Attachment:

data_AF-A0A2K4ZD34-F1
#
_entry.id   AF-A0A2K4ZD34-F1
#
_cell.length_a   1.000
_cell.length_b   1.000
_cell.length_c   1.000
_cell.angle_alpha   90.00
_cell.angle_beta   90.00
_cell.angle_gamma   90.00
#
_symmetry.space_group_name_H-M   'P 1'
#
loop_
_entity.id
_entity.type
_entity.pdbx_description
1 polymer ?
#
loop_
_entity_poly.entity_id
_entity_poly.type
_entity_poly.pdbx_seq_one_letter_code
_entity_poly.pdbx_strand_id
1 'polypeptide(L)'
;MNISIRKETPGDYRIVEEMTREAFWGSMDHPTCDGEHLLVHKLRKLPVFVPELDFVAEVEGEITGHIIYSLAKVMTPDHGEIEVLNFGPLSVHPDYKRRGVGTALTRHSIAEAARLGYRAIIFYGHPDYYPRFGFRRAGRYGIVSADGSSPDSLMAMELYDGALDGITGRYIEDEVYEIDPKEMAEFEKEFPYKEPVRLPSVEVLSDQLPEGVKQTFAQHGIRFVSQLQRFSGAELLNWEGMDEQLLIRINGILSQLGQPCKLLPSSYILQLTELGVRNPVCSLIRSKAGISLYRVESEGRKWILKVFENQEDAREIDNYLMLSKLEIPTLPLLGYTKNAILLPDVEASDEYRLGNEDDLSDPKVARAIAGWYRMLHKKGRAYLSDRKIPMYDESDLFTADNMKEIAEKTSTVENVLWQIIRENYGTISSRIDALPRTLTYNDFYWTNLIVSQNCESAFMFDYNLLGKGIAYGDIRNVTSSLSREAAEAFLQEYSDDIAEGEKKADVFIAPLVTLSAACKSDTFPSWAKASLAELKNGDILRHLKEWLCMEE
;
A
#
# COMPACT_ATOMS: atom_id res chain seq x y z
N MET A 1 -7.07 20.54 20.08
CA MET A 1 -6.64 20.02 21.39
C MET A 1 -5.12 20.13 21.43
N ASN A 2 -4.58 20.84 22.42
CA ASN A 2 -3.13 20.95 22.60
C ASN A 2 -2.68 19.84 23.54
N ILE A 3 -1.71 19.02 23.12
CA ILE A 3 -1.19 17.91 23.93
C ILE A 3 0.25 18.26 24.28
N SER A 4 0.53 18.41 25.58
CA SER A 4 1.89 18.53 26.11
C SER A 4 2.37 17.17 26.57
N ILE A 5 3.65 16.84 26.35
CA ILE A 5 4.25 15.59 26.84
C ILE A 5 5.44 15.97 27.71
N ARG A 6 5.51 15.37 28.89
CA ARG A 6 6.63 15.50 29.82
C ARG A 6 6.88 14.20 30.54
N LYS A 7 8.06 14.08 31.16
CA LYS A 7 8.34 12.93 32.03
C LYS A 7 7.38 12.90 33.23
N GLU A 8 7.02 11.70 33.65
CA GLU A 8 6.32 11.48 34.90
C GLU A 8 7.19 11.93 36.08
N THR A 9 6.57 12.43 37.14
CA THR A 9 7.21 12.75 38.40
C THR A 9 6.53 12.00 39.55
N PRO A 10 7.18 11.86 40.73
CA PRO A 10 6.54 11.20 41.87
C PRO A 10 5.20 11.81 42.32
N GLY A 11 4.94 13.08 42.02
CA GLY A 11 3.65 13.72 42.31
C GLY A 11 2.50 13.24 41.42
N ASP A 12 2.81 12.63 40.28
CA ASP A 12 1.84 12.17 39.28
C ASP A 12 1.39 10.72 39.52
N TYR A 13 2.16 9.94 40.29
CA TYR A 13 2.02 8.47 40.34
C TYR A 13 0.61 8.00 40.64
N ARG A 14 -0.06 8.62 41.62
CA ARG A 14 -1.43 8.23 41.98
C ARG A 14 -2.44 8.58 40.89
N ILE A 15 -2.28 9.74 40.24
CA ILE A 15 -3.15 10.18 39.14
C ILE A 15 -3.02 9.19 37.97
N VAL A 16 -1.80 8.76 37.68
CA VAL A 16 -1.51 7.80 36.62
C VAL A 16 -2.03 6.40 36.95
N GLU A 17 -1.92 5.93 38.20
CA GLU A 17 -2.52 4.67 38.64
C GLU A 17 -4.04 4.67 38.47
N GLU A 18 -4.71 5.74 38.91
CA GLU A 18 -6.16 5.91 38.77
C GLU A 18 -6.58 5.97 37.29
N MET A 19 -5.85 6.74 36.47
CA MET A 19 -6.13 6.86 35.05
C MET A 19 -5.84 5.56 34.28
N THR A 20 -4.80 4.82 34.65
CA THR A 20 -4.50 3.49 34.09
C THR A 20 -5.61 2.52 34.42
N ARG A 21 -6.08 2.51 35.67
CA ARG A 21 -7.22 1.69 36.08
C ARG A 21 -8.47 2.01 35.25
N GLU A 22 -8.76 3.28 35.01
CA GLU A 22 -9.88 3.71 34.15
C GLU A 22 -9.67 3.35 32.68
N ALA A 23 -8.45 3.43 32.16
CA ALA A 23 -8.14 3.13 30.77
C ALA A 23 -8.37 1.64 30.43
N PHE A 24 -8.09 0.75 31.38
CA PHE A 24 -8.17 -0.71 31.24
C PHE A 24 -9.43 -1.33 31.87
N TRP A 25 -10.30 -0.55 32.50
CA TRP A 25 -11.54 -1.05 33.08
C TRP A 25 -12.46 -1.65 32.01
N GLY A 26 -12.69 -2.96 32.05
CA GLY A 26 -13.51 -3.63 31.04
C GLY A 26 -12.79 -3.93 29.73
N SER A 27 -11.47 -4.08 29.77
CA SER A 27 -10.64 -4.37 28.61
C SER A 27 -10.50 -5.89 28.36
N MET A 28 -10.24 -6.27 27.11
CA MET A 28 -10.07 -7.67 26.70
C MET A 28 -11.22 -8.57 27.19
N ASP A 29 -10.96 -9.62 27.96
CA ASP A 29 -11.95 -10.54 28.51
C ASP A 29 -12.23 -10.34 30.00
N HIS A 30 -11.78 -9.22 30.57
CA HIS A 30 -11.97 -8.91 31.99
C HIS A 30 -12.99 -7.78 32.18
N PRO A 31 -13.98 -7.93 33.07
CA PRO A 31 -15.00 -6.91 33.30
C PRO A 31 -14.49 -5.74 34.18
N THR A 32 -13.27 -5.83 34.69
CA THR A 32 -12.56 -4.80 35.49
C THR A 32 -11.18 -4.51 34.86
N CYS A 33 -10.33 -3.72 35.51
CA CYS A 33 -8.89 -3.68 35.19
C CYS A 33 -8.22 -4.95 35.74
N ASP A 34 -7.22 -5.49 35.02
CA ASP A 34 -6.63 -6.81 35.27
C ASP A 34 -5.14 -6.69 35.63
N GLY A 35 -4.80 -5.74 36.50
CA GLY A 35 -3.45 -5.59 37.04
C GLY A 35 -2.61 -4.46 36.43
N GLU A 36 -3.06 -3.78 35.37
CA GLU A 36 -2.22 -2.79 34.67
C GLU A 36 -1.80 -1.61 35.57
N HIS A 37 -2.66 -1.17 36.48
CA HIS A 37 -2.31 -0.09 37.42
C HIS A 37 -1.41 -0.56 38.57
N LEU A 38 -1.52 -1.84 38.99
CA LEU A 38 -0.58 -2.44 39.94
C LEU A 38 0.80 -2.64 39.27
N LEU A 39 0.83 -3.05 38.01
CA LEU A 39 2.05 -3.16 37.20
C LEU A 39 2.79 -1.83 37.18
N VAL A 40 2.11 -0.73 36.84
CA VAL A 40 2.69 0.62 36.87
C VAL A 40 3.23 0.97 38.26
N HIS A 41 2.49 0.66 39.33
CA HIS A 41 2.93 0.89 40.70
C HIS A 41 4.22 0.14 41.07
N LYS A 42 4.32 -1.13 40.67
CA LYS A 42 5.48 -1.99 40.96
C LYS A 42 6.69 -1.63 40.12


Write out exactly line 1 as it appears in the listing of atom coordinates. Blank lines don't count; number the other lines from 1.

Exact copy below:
data_AF-A0A2K4ZD34-F1